Iranians Buying Billions in Cryptocurrency as Trump Revokes Nuclear Deal

This is despite the government sending mixed messages as to its support of the industry.

It has been revealed that Iranians have sent the equivalent of $2.5 billion out of the country to purchase cryptocurrency. The news comes a day after US President Donald Trump’s announcement that the US will withdraw from an international agreement under the terms of which Iran limited its nuclear ambitions in return for the lifting of crippling economic sanctions.

According to local news outlet Financial Tribune, Mohammad Reza Pourebrahimi, Chairman of the Economic Commission of the Parliament of Iran, said: “Despite the fact that a minority of the people of our country are customers of virtual currencies and their new markets, more than $2.5 billion have fled the country following their purchase while a majority of people active in this area are in it for speculative activities and macro profits.”

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“The future of world economy will be decided by digital currencies, but the use of foreign digital currencies can cause serious hazards for the country in its banking system because of their lack of transparency and absence of an entity backing them,” he added.

Background

Some argue that cryptocurrency is a convenient way for Iran to circumvent economic sanctions. For example, one of these sanctions was the cessation of service from ubiquitous money transfer company SWIFT.

In October 2017, Iranian Deputy Minister of Information and Communication Technology, Amir Hossein Davaee, said in an interview with local news outlet newspaper Shargh: “The ministry of communications and information technology has already conducted a number of research studies as part of efforts to prepare the infrastructure to use Bitcoin inside the country. We as the main centre in Iran dealing with the country’s technology developments have taken very seriously the issue of preparing the infrastructure for the new currency.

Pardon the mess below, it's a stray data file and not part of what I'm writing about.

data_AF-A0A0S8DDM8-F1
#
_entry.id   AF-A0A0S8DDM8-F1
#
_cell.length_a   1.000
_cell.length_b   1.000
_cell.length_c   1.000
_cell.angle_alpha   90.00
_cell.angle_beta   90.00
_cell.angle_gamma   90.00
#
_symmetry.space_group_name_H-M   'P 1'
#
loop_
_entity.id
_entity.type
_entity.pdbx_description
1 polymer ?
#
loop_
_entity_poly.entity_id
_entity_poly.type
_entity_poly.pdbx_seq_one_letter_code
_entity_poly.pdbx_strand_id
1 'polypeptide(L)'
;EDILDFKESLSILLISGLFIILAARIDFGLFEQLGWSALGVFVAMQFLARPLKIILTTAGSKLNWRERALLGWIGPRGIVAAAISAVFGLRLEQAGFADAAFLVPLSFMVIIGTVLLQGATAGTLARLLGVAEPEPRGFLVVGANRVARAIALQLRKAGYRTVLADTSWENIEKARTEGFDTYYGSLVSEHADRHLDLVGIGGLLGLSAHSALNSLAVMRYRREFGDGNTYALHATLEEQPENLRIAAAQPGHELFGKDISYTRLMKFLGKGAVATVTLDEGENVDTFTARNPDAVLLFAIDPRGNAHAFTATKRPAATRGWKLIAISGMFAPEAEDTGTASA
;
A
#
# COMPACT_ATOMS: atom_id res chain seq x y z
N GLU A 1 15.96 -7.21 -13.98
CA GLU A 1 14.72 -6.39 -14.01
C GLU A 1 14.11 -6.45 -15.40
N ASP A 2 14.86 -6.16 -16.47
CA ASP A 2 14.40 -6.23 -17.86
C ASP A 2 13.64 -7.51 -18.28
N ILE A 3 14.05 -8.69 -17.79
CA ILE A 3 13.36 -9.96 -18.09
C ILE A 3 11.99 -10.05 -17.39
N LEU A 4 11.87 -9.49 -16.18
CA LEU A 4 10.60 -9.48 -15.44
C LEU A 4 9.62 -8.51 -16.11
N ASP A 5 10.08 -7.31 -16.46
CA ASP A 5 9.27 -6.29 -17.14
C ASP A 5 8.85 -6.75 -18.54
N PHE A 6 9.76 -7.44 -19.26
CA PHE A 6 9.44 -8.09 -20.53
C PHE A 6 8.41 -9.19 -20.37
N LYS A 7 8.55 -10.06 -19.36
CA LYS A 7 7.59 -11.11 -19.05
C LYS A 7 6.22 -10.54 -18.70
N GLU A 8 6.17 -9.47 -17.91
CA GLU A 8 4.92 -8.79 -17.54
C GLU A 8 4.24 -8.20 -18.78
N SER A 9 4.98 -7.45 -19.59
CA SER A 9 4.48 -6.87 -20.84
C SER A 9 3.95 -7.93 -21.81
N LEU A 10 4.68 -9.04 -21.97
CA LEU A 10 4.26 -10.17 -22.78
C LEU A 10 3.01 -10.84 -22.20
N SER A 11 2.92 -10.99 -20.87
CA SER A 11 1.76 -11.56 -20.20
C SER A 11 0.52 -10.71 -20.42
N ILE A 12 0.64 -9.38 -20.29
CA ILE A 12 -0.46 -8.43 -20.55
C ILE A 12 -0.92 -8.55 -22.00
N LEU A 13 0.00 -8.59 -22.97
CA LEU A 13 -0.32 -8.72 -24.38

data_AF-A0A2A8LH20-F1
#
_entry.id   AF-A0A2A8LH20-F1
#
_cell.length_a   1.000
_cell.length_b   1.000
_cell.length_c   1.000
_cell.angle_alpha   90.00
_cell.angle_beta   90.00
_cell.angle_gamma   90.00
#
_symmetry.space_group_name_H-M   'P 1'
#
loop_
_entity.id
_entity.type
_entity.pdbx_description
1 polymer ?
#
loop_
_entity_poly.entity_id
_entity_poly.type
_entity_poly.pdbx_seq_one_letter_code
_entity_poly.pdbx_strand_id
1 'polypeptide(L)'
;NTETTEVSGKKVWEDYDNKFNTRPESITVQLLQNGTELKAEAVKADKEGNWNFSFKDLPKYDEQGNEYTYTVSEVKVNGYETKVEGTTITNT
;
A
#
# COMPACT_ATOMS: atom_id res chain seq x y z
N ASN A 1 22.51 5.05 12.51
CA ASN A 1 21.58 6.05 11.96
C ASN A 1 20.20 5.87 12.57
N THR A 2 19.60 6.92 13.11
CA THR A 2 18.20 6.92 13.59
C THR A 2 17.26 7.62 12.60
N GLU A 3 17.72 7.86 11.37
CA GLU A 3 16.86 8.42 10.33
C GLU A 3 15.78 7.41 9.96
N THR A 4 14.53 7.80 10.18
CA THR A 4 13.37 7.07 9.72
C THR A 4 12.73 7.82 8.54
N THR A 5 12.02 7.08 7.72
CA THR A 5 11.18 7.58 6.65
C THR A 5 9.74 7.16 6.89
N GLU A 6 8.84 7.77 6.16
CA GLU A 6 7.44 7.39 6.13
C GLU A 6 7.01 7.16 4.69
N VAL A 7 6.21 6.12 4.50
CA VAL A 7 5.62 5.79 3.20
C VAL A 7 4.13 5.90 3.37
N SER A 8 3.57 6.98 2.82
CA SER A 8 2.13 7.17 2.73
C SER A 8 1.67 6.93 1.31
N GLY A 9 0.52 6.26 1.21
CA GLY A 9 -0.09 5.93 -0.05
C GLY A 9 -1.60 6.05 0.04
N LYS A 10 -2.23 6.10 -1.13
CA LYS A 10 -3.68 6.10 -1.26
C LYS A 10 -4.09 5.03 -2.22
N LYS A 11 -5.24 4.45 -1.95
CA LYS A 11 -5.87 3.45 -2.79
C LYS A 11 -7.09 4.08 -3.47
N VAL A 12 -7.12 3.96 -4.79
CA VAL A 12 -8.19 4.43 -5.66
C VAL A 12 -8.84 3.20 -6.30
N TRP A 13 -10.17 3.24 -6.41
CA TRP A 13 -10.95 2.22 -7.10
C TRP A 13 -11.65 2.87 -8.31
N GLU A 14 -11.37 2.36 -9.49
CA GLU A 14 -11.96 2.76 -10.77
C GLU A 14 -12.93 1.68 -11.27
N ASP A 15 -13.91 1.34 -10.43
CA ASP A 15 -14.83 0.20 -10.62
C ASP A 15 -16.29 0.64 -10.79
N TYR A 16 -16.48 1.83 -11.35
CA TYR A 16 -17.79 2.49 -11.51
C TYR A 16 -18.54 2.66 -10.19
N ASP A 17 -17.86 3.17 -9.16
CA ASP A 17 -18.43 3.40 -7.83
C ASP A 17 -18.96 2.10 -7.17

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Arrangement are being made with the related organizations to put together the infrastructure as early as possible.”

Then in February of this year, a government official posted on Twitter that the country was investigating the development of its own cryptocurrency. Minister of Information and Communications Technology (ICT) Mohammad-Javad Azari Jahromi announced that he had suggested measures to design the country’s first “cloud-based digital currency” at a board meeting of the Post Bank of Iran, a national institution that has been under embargo by the EU since 2010.

However the central bank shortly afterwards released a statement denying this: “The wild fluctuations of the digital currencies along with competitive business activities underway via network marketing and pyramid scheme have made the market of these currencies highly unreliable and risky.”

Then in April 2018, the Central Bank of Iran (CBI) surprisingly banned financial institutions from processing cryptocurrency. It explained in a statement: “All cryptocurrencies have the capacity to be turned into a means for money laundering and financing terrorism and in general can be turned into a means for transferring criminals’ money.”

Despite this, Reuters reported later on that same month that a cryptocurrency was actively being developed.

The new ICT Mohammad Javad Azari-Jahromi told state news agency IRNA: “The central bank[‘s ban] does not mean the prohibition or restriction of the use of the digital currency in domestic development. Last week, at a joint meeting to review the progress of the project, it was announced that the experimental model was ready.”

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